OpenMarket – December 4, 2014
When you send a text message in the US, the person receiving the message sees your phone number as the “From” address in the text message. This “From” address is referred to as a “message originator” in the world of texting. Frequently people don’t understand the differences between message originator types and what types of originators are well-suited for addressing different business needs and use cases. This post will attempt to clarify the topic of message originators for text messaging in North America.
One specific type of message originator is a 10-digit phone number, which is also called a ‘long code’ in the world of texting. It is most commonly used when there is interactive (bi-directional) text messaging between two people or a business and their employees or customers. Long code message originators can only transmit at a rate of 1 TPS and don’t include message delivery receipts. However, when a business wants to send a text message to its install base of thousands of customers, they frequently use a short code which is a 5-6 digit message originator. Two of the main functional differences between short codes and long codes are: 1) US mobile carriers enable short code message originators to send lots of Texts Per Second (e.g. 30 TPS up to hundreds of TPS), and 2) short code messaging usually provides message delivery receipts. These capabilities are what make short code-based messaging a good fit for emergency notifications and mobile marketing campaigns as example use cases.
A relatively new third kind of message originator is a toll-free phone number or landline phone number that a company advertises on its website. There are over 100 million business landlines and over 50 thousand toll free phone numbers in the US. Businesses are starting to “text enable” these phone numbers so they can send and receive text messages with their customers. In today’s mobile marketplace, you can easily imagine that the information next to the toll-free number listed on a company’s website will soon say “Call or Text us at 1-800-BUY-HERE aka 1-800-289-4373.” As with any new technology evolution, there will be an adoption curve with leading innovators text enabling their phone numbers first, and laggard businesses waiting until their competitors have done so first. Julie Ask, principal analyst for Forrester Research, believes that, in 2015, the gap will increase between leaders and laggards. Leaders will use mobile to transform both their customer experience and their business.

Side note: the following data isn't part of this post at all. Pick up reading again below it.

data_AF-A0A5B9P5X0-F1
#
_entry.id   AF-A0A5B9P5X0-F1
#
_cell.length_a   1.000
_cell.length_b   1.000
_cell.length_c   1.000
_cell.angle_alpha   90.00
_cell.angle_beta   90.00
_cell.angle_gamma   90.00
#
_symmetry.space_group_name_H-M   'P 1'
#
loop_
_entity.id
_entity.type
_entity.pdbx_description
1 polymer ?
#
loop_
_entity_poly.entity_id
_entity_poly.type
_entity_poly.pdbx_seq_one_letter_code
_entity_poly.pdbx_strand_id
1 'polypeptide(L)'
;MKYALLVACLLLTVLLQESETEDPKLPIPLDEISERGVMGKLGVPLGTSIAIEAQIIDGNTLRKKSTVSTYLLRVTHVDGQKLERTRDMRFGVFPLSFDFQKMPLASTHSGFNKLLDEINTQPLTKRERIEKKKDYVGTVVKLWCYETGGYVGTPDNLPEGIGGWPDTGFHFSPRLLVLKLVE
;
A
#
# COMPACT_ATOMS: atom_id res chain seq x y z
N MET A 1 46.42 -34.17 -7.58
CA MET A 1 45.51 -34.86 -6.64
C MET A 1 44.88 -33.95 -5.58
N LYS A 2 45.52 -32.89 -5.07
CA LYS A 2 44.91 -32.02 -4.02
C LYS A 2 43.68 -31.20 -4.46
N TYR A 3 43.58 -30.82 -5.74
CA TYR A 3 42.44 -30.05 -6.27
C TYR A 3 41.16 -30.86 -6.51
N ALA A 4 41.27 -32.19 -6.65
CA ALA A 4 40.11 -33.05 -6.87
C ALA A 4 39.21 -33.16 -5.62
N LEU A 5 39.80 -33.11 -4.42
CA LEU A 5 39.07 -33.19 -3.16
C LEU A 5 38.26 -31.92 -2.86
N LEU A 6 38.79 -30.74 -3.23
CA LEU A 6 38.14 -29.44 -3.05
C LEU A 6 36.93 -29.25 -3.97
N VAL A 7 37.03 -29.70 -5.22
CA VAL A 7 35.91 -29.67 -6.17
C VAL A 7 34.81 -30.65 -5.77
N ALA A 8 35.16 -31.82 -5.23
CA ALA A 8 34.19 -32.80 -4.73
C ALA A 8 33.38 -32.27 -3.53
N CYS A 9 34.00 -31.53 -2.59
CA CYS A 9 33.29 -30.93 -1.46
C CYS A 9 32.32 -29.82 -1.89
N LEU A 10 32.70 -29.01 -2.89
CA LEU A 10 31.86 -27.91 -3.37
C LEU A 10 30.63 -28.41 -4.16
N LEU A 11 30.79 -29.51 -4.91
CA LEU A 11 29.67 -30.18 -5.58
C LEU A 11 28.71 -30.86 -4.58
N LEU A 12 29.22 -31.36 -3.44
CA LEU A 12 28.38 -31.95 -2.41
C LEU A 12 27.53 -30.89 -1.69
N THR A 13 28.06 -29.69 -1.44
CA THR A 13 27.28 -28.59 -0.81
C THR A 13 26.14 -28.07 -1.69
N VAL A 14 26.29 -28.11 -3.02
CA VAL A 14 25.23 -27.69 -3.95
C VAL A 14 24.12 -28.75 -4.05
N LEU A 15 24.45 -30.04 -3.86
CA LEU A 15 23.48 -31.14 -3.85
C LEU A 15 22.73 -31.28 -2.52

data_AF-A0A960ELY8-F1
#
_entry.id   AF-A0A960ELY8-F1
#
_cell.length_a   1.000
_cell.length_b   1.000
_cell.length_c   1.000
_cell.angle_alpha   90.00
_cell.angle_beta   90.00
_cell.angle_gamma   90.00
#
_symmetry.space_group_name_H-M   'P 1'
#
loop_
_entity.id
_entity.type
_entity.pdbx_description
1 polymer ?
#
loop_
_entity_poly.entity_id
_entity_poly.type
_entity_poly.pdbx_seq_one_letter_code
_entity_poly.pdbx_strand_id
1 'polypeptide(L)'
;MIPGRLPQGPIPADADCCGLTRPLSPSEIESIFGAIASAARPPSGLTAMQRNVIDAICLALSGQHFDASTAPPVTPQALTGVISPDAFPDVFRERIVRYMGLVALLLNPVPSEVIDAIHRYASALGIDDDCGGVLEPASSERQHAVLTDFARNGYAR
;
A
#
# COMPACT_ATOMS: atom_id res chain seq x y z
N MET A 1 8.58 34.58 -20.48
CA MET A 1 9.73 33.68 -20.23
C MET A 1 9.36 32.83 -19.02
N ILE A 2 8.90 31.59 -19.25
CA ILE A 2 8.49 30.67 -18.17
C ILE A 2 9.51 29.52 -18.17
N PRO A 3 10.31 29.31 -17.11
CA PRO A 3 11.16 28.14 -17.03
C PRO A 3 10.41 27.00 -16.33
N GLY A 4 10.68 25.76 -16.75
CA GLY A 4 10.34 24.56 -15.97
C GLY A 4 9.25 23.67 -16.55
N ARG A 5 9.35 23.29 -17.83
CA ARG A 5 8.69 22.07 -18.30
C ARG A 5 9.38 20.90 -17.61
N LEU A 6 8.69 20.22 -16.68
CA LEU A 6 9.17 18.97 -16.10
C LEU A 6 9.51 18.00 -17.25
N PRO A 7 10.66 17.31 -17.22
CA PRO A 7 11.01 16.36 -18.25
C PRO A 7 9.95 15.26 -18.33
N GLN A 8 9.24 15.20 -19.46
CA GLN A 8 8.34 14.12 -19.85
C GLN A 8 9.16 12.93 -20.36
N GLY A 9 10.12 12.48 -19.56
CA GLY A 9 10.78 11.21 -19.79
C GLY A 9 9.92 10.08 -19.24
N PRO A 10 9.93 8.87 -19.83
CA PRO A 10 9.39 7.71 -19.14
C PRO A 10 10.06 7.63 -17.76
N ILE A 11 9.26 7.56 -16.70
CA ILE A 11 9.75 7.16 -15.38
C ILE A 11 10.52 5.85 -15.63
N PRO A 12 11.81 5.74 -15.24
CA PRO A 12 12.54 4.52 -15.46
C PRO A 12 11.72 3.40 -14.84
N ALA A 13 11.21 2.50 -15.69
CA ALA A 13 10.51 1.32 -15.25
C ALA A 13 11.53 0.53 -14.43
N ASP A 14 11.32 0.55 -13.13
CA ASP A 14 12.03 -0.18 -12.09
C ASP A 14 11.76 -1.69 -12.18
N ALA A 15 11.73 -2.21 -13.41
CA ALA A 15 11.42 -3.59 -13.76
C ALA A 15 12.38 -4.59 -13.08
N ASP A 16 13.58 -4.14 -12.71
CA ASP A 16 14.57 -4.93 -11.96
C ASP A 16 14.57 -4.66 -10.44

With all of the different kinds of text messaging originators available in the market, some explanation of the differences may be valuable in guiding your selection of the right originator for each use case in your business. How an organization communicates with its employees or prospective employees (think recruiting) is different from how it delivers mobile marketing messages to its existing customers or for acquiring new customers. Similarly, the needs for how businesses communicate with their clients for customer service or business operational use cases also can differ. Below is a summary table of the important message originator differences: